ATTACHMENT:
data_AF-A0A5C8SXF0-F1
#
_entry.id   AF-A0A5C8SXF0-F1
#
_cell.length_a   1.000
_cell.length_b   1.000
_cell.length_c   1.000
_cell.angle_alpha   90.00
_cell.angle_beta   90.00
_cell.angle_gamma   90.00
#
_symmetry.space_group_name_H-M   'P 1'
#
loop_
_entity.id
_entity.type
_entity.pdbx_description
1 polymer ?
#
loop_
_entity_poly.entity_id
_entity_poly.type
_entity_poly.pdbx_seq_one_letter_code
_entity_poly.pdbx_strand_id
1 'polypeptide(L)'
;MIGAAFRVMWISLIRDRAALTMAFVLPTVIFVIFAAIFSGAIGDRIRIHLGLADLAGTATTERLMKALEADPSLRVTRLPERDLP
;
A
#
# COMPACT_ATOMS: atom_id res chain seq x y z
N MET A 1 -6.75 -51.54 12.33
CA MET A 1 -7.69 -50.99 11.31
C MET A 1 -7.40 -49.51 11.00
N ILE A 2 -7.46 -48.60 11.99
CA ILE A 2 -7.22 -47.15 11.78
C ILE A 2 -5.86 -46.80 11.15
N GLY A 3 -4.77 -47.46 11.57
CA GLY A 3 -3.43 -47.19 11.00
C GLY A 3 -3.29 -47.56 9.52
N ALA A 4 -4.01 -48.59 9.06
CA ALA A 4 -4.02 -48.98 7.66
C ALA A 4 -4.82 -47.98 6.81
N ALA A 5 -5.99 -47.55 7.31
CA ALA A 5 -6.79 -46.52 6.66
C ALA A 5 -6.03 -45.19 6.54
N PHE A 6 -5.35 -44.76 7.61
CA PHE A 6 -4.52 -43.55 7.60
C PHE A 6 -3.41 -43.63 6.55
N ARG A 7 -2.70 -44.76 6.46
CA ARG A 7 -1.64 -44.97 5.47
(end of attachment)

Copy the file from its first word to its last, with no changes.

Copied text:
data_AF-A0A5C8SXF0-F1
#
_entry.id   AF-A0A5C8SXF0-F1
#
_cell.length_a   1.000
_cell.length_b   1.000
_cell.length_c   1.000
_cell.angle_alpha   90.00
_cell.angle_beta   90.00
_cell.angle_gamma   90.00
#
_symmetry.space_group_name_H-M   'P 1'
#
loop_
_entity.id
_entity.type
_entity.pdbx_description
1 polymer ?
#
loop_
_entity_poly.entity_id
_entity_poly.type
_entity_poly.pdbx_seq_one_letter_code
_entity_poly.pdbx_strand_id
1 'polypeptide(L)'
;MIGAAFRVMWISLIRDRAALTMAFVLPTVIFVIFAAIFSGAIGDRIRIHLGLADLAGTATTERLMKALEADPSLRVTRLPERDLP
;
A
#
# COMPACT_ATOMS: atom_id res chain seq x y z
N MET A 1 -6.75 -51.54 12.33
CA MET A 1 -7.69 -50.99 11.31
C MET A 1 -7.40 -49.51 11.00
N ILE A 2 -7.46 -48.60 11.99
CA ILE A 2 -7.22 -47.15 11.78
C ILE A 2 -5.86 -46.80 11.15
N GLY A 3 -4.77 -47.46 11.57
CA GLY A 3 -3.43 -47.19 11.00
C GLY A 3 -3.29 -47.56 9.52
N ALA A 4 -4.01 -48.59 9.06
CA ALA A 4 -4.02 -48.98 7.66
C ALA A 4 -4.82 -47.98 6.81
N ALA A 5 -5.99 -47.55 7.31
CA ALA A 5 -6.79 -46.52 6.66
C ALA A 5 -6.03 -45.19 6.54
N PHE A 6 -5.35 -44.76 7.61
CA PHE A 6 -4.52 -43.55 7.60
C PHE A 6 -3.41 -43.63 6.55
N ARG A 7 -2.70 -44.76 6.46
CA ARG A 7 -1.64 -44.97 5.47